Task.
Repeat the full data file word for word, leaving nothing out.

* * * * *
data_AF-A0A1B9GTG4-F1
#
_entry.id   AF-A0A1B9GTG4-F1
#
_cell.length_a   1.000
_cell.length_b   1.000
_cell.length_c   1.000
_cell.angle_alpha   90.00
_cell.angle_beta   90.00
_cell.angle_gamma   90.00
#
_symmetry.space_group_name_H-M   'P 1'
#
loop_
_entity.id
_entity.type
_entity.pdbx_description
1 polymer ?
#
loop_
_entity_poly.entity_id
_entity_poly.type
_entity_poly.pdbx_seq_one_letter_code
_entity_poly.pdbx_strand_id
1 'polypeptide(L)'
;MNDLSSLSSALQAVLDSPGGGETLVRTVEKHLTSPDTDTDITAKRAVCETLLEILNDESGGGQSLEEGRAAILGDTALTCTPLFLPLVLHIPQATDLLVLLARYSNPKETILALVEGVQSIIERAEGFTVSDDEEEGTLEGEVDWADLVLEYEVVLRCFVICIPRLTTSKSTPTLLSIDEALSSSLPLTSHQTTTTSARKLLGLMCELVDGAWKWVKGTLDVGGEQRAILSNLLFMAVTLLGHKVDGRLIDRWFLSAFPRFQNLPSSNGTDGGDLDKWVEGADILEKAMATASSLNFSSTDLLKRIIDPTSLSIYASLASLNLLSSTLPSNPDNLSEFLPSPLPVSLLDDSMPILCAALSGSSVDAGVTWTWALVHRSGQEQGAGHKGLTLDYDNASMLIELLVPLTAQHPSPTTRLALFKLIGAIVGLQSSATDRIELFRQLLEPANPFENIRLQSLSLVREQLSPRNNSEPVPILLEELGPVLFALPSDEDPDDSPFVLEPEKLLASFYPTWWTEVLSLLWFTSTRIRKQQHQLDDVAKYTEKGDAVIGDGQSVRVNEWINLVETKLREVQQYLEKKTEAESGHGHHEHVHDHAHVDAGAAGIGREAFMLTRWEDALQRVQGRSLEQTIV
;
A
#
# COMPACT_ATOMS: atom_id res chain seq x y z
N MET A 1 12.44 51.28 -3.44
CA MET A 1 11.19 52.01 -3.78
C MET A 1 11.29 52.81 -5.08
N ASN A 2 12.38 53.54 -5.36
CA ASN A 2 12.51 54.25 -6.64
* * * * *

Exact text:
data_AF-A0A1B9GTG4-F1
#
_entry.id   AF-A0A1B9GTG4-F1
#
_cell.length_a   1.000
_cell.length_b   1.000
_cell.length_c   1.000
_cell.angle_alpha   90.00
_cell.angle_beta   90.00
_cell.angle_gamma   90.00
#
_symmetry.space_group_name_H-M   'P 1'
#
loop_
_entity.id
_entity.type
_entity.pdbx_description
1 polymer ?
#
loop_
_entity_poly.entity_id
_entity_poly.type
_entity_poly.pdbx_seq_one_letter_code
_entity_poly.pdbx_strand_id
1 'polypeptide(L)'
;MNDLSSLSSALQAVLDSPGGGETLVRTVEKHLTSPDTDTDITAKRAVCETLLEILNDESGGGQSLEEGRAAILGDTALTCTPLFLPLVLHIPQATDLLVLLARYSNPKETILALVEGVQSIIERAEGFTVSDDEEEGTLEGEVDWADLVLEYEVVLRCFVICIPRLTTSKSTPTLLSIDEALSSSLPLTSHQTTTTSARKLLGLMCELVDGAWKWVKGTLDVGGEQRAILSNLLFMAVTLLGHKVDGRLIDRWFLSAFPRFQNLPSSNGTDGGDLDKWVEGADILEKAMATASSLNFSSTDLLKRIIDPTSLSIYASLASLNLLSSTLPSNPDNLSEFLPSPLPVSLLDDSMPILCAALSGSSVDAGVTWTWALVHRSGQEQGAGHKGLTLDYDNASMLIELLVPLTAQHPSPTTRLALFKLIGAIVGLQSSATDRIELFRQLLEPANPFENIRLQSLSLVREQLSPRNNSEPVPILLEELGPVLFALPSDEDPDDSPFVLEPEKLLASFYPTWWTEVLSLLWFTSTRIRKQQHQLDDVAKYTEKGDAVIGDGQSVRVNEWINLVETKLREVQQYLEKKTEAESGHGHHEHVHDHAHVDAGAAGIGREAFMLTRWEDALQRVQGRSLEQTIV
;
A
#
# COMPACT_ATOMS: atom_id res chain seq x y z
N MET A 1 12.44 51.28 -3.44
CA MET A 1 11.19 52.01 -3.78
C MET A 1 11.29 52.81 -5.08
N ASN A 2 12.38 53.54 -5.36
CA ASN A 2 12.51 54.25 -6.64